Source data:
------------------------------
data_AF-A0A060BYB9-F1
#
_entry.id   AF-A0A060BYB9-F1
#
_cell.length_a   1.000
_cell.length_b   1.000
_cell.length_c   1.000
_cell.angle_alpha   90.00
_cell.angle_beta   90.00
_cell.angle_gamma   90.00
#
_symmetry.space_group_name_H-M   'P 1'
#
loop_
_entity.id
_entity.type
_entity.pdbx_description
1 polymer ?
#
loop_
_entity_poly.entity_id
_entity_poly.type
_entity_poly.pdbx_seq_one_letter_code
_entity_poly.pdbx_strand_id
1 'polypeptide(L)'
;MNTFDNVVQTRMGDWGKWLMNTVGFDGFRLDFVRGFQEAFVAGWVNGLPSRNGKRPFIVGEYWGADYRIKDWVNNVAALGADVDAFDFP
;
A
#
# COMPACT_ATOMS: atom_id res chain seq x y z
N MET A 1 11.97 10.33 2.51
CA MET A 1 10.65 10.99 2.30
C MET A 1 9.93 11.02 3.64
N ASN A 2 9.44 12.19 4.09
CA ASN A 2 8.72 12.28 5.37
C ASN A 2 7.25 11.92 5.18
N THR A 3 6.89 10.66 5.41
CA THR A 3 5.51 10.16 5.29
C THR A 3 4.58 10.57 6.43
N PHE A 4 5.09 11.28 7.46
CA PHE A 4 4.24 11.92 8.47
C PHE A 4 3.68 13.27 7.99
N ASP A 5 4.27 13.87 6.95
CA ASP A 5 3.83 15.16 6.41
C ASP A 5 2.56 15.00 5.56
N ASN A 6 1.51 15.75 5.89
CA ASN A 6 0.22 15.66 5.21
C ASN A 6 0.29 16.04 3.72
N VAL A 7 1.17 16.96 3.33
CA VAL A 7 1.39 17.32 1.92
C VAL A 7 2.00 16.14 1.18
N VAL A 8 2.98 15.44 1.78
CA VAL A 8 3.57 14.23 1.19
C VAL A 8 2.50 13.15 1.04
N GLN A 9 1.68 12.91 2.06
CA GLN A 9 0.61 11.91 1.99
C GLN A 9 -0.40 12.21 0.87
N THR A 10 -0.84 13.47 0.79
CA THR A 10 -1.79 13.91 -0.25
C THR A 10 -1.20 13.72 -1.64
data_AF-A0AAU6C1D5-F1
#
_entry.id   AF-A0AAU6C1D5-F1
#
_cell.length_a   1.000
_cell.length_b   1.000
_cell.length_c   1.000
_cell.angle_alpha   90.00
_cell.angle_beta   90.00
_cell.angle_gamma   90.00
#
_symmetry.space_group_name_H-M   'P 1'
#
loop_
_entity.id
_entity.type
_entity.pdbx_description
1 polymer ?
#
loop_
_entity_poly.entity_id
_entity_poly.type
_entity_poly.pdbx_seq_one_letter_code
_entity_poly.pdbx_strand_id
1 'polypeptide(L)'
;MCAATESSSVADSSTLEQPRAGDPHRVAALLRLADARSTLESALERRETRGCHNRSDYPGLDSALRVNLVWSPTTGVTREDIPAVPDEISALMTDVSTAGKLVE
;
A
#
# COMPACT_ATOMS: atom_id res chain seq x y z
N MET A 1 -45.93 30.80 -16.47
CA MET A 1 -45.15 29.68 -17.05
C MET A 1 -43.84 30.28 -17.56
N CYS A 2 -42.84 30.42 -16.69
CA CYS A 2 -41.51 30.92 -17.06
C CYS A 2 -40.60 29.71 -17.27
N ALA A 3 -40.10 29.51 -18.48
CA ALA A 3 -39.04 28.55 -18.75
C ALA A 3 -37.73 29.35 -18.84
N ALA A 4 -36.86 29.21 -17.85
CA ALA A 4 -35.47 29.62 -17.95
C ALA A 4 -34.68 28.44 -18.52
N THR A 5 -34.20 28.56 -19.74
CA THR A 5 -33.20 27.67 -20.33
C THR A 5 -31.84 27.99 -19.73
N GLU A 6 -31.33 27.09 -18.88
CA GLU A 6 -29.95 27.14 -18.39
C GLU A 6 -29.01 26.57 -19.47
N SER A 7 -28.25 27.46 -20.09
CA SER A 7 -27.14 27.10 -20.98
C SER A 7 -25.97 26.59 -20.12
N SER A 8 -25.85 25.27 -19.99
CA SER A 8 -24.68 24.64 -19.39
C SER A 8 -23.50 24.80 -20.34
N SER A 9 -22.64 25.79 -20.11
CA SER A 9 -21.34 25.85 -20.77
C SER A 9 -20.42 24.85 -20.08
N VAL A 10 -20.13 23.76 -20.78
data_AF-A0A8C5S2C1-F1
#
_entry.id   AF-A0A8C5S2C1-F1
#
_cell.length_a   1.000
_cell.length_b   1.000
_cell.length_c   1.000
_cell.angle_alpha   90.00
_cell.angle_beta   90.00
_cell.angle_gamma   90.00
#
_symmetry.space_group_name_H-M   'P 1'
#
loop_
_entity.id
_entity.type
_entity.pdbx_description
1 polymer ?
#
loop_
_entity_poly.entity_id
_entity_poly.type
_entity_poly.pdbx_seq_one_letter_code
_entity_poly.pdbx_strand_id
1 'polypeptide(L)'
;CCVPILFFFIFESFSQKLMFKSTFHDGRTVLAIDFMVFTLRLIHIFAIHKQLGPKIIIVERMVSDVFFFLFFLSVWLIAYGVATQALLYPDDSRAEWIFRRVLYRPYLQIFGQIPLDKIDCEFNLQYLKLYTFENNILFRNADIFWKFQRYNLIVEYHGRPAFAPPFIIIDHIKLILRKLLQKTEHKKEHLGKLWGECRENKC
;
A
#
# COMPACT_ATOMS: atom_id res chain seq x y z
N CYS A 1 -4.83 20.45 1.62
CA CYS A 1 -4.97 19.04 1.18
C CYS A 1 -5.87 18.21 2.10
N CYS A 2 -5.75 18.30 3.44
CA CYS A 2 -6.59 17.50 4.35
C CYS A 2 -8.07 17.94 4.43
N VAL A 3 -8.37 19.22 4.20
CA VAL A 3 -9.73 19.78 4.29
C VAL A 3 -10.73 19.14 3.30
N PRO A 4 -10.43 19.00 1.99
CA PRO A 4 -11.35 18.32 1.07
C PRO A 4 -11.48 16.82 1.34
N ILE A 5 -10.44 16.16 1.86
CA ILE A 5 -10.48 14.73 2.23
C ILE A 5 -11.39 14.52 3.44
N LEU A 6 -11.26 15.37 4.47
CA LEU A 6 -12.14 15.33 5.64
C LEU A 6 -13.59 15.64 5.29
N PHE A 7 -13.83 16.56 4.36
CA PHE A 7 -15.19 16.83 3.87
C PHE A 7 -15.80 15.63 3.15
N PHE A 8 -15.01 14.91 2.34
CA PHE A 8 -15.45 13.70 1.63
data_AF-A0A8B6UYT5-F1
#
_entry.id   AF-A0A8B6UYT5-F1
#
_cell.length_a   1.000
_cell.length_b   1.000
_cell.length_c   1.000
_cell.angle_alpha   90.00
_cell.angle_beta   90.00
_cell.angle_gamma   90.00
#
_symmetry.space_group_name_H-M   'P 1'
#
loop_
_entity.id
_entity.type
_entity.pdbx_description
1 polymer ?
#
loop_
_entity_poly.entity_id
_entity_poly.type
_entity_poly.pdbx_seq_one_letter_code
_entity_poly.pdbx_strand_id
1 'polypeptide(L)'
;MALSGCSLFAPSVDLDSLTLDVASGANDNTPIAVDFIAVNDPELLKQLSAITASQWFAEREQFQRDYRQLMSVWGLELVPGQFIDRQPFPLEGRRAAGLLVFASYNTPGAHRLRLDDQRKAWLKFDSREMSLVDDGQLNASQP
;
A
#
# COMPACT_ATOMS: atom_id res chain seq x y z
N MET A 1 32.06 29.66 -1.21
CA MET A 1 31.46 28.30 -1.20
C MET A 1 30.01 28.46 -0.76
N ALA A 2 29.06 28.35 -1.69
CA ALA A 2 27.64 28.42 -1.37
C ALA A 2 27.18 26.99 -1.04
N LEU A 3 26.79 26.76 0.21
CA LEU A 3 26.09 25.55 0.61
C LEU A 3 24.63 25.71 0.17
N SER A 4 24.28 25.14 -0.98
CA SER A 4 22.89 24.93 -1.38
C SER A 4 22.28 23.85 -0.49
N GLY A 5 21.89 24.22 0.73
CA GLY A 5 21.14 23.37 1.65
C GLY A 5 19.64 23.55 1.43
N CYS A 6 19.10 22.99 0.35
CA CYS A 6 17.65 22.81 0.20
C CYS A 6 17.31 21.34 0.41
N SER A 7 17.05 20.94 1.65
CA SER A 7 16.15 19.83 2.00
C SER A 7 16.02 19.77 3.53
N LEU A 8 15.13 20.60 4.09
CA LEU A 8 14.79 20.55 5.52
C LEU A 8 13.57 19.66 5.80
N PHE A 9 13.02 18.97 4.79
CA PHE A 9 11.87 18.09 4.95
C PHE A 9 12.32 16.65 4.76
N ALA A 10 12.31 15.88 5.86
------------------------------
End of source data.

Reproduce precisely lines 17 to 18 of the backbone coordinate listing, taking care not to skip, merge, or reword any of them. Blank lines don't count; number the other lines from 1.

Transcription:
_entity.pdbx_description
1 polymer ?